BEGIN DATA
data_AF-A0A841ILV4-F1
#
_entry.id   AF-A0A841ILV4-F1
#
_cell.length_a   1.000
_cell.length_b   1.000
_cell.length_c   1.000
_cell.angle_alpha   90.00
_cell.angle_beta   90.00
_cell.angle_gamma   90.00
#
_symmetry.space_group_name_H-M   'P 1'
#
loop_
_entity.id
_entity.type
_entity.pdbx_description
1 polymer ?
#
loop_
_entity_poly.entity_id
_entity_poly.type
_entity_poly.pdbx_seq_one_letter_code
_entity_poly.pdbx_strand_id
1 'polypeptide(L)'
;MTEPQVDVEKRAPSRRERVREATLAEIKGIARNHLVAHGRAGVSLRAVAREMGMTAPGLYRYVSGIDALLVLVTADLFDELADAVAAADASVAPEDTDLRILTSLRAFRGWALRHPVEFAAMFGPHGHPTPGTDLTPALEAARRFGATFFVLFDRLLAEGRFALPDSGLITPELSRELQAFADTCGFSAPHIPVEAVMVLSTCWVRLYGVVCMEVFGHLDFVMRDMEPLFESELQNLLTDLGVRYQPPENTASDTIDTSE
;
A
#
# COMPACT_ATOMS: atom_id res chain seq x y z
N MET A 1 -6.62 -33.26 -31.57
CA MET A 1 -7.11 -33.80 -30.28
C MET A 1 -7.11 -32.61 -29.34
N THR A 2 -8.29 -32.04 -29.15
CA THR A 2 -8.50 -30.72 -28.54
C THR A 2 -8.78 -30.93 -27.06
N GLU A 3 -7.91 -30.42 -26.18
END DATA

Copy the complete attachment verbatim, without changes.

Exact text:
data_AF-A0A841ILV4-F1
#
_entry.id   AF-A0A841ILV4-F1
#
_cell.length_a   1.000
_cell.length_b   1.000
_cell.length_c   1.000
_cell.angle_alpha   90.00
_cell.angle_beta   90.00
_cell.angle_gamma   90.00
#
_symmetry.space_group_name_H-M   'P 1'
#
loop_
_entity.id
_entity.type
_entity.pdbx_description
1 polymer ?
#
loop_
_entity_poly.entity_id
_entity_poly.type
_entity_poly.pdbx_seq_one_letter_code
_entity_poly.pdbx_strand_id
1 'polypeptide(L)'
;MTEPQVDVEKRAPSRRERVREATLAEIKGIARNHLVAHGRAGVSLRAVAREMGMTAPGLYRYVSGIDALLVLVTADLFDELADAVAAADASVAPEDTDLRILTSLRAFRGWALRHPVEFAAMFGPHGHPTPGTDLTPALEAARRFGATFFVLFDRLLAEGRFALPDSGLITPELSRELQAFADTCGFSAPHIPVEAVMVLSTCWVRLYGVVCMEVFGHLDFVMRDMEPLFESELQNLLTDLGVRYQPPENTASDTIDTSE
;
A
#
# COMPACT_ATOMS: atom_id res chain seq x y z
N MET A 1 -6.62 -33.26 -31.57
CA MET A 1 -7.11 -33.80 -30.28
C MET A 1 -7.11 -32.61 -29.34
N THR A 2 -8.29 -32.04 -29.15
CA THR A 2 -8.50 -30.72 -28.54
C THR A 2 -8.78 -30.93 -27.06
N GLU A 3 -7.91 -30.42 -26.18